Is industrial 3D printing a better fit for your part than your current manufacturing process? It could very well be—you just may not know it yet!
The reality is that the traditional manufacturing supply chain is precarious and
unpredictable. If the supplier you’re relying on goes out of business suddenly or decides to double the price of your part, where does that leave you? (That second scenario recently happened to one of our customers with their injection molding supplier!)
The COVID-19 pandemic has further highlighted the vulnerability of global supply chains. The digital, localized, on-demand nature of 3D printing, on the other hand, has proven invaluable in the face of unforeseeable events and geopolitical risk.
Even if there aren’t any obvious issues with your current manufacturing process, it’s still a best practice to reevaluate existing product lines every 2-5 years and optimize accordingly.
You may have decided against 3D printing a few years ago, but that doesn’t mean it’s off the table forever. 3D printing technology is constantly evolving, and it’s possible to achieve more now than ever before.
Is Industrial 3D Printing the Right Fit for Your Existing Part?
Ready to reevaluate your manufacturing process to see if 3D printing is the right fit for your part? Here are a few factors to consider:
- Volume. Due to recent advancements in technology, 3D printing isn’t just for prototyping anymore. It’s also a viable option for production. With our current 3D printing technology, RE3DTECH successfully completes and continues to supply numerous production projects on a weekly and monthly basis. We can achieve production quantities of up to 10,000.
- Material. If you have some flexibility with your material selection, industrial 3D printing can be a great option for your part. It’s common to transition from CNC machining aluminum parts to 3D printing them using a robust thermoplastic like Nylon 12, for example. Nylon 12 produces high-density parts with balanced property profiles and strong structures.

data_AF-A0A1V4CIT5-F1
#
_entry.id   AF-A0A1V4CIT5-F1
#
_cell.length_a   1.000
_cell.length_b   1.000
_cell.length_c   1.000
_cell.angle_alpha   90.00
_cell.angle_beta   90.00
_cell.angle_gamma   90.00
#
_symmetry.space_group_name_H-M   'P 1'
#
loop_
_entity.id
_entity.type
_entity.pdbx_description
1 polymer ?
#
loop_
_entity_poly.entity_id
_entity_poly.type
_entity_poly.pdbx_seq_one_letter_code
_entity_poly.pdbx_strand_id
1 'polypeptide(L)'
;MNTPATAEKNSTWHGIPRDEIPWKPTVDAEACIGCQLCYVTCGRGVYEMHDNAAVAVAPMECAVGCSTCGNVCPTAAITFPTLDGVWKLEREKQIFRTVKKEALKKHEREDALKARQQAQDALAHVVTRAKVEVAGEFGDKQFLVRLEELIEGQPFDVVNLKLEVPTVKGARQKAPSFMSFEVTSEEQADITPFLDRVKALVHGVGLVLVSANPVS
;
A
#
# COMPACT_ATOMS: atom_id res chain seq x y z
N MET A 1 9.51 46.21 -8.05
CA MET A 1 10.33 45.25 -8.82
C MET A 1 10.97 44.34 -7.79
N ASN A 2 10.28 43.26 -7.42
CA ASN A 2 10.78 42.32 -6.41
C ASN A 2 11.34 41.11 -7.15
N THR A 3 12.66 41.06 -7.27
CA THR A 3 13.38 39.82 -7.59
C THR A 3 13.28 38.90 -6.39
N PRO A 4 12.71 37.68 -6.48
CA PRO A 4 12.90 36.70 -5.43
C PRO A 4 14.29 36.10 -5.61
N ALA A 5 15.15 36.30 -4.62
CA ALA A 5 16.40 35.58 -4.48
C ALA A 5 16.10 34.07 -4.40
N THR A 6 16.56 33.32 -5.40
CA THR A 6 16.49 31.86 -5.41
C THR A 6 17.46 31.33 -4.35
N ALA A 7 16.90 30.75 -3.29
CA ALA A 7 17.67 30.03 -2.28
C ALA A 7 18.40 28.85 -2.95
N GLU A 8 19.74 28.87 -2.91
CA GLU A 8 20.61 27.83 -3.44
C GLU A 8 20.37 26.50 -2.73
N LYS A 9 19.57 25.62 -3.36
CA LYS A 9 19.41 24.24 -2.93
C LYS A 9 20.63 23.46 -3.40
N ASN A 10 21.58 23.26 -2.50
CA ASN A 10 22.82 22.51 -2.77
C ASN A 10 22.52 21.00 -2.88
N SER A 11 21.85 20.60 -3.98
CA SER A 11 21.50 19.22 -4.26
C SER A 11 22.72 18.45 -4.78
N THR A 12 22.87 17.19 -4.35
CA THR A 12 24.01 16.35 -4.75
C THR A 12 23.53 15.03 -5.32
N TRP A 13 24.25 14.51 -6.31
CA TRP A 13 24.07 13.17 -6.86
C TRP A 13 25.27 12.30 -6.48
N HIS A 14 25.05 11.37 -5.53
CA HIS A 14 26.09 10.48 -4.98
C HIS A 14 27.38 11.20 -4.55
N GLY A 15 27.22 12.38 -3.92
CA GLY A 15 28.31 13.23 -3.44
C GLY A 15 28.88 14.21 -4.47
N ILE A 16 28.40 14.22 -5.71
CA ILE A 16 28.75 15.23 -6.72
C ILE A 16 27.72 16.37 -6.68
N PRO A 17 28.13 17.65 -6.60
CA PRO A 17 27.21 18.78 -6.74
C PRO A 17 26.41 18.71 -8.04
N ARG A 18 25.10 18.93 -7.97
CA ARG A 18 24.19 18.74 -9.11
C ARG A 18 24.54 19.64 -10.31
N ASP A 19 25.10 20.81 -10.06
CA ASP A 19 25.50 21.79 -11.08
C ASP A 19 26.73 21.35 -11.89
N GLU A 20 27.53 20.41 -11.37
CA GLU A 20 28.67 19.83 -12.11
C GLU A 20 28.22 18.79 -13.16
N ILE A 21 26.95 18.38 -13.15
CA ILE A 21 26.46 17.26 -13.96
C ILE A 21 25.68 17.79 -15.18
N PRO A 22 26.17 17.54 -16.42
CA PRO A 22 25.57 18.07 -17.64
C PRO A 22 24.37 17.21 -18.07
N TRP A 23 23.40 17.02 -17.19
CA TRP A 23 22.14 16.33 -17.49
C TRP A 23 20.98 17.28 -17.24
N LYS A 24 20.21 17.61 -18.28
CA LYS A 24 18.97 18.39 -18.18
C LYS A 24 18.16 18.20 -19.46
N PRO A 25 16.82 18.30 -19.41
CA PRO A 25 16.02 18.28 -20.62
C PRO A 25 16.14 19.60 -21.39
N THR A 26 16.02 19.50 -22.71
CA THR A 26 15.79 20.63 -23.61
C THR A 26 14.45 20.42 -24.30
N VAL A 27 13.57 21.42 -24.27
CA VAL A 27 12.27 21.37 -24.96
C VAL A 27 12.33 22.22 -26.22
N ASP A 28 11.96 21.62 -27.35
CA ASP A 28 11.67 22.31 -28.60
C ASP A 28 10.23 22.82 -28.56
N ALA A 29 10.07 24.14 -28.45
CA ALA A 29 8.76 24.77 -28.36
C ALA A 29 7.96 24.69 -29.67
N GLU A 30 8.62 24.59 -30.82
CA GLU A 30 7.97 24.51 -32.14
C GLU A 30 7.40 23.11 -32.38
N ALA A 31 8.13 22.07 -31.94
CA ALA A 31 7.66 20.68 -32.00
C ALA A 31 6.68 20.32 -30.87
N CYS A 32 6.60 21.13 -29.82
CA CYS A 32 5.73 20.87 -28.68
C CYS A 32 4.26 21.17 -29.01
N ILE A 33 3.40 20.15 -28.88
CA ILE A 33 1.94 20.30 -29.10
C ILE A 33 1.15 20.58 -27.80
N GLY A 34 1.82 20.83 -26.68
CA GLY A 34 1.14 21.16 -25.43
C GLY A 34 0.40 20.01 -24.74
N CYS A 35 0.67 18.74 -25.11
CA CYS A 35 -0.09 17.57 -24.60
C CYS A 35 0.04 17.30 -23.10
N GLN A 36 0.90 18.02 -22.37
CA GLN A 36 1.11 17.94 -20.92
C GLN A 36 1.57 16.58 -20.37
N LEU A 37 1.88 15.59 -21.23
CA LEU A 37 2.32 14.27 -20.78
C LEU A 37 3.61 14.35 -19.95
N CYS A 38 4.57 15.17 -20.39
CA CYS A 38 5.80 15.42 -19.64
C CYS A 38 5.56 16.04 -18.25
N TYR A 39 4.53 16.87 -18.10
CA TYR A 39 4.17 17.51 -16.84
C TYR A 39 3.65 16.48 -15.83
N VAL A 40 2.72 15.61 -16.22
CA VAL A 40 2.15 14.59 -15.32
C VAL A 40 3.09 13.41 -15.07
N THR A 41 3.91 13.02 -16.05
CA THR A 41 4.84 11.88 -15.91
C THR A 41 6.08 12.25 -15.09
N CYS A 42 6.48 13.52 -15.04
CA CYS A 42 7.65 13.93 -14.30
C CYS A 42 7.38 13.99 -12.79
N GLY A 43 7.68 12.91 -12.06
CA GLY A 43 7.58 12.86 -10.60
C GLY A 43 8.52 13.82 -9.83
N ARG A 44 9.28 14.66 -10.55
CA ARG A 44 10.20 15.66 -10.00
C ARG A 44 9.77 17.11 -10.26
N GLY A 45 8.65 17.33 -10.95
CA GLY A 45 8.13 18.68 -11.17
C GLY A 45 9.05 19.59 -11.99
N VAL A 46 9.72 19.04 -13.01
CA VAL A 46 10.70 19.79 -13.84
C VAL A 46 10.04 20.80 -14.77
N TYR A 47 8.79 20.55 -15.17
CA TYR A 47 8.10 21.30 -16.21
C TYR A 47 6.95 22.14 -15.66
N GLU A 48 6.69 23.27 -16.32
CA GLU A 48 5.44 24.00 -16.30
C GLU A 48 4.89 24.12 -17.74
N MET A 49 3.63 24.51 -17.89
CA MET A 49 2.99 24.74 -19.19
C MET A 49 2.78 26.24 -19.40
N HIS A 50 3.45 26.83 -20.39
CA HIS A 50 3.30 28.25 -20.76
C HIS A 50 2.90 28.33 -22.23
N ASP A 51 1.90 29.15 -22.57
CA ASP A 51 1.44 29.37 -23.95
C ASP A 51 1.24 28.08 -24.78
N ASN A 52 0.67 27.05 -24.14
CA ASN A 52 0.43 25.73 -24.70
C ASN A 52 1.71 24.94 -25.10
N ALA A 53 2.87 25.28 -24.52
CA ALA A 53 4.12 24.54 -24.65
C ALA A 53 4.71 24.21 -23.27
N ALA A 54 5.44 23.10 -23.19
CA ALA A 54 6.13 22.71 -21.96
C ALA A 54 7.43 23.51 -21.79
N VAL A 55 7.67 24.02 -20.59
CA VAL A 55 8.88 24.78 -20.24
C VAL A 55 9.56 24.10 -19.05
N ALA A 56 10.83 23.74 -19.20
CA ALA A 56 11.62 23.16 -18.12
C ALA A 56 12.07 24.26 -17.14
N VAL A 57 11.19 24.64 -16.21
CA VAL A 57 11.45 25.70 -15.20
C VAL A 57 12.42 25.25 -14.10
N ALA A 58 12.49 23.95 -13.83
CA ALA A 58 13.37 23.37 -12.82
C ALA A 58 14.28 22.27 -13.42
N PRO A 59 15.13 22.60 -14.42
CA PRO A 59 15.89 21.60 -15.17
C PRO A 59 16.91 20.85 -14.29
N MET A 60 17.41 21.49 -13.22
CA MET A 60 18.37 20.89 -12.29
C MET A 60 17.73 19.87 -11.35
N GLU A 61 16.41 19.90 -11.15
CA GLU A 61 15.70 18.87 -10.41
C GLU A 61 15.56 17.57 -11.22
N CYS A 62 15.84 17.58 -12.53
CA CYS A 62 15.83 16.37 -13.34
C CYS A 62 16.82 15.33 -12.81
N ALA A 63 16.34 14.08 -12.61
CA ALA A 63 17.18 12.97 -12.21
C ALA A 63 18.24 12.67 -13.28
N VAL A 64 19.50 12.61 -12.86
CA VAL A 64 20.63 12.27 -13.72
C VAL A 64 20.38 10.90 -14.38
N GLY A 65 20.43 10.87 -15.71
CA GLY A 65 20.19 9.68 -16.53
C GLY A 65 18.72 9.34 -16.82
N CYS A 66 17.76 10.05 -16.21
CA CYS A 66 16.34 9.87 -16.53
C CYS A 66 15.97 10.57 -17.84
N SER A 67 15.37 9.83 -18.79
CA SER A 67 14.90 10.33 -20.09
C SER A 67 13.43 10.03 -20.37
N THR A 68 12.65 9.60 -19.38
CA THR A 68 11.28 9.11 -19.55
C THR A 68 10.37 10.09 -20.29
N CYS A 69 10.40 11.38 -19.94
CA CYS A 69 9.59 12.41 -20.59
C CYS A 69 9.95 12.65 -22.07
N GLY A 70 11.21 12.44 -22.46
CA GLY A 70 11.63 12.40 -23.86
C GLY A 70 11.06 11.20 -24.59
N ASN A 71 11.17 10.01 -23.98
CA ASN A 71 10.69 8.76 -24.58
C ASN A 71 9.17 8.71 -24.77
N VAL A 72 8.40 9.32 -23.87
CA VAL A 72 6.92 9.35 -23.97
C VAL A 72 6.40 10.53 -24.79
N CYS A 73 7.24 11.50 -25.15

- Tolerances. It’s true that 3D printing can’t produce tolerances as tight as CNC machining. But we often find that the tolerances indicated on drawings are much tighter than the part actually requires. If your part is embedded within another component in an assembly, there’s probably an opportunity to simplify it considerably. Some parts might not even need tolerances at all. If you have flexibility regarding tolerances, it’s definitely worth looking into industrial 3D printing as an alternative to CNC machining.
Keep in mind that designing for additive manufacturing is different from designing for CNC machining or injection molding. You may need to update your design for 3D printing to achieve the highest quality and the best cost.
When in doubt, turn to an additive manufacturing partner like RE3DTECH early on in the process of transitioning to industrial 3D printing. We can help you optimize your design and identify the ideal 3D printing technology for your part. And we’ll always be upfront with you if we think your part isn’t a good fit for 3D printing.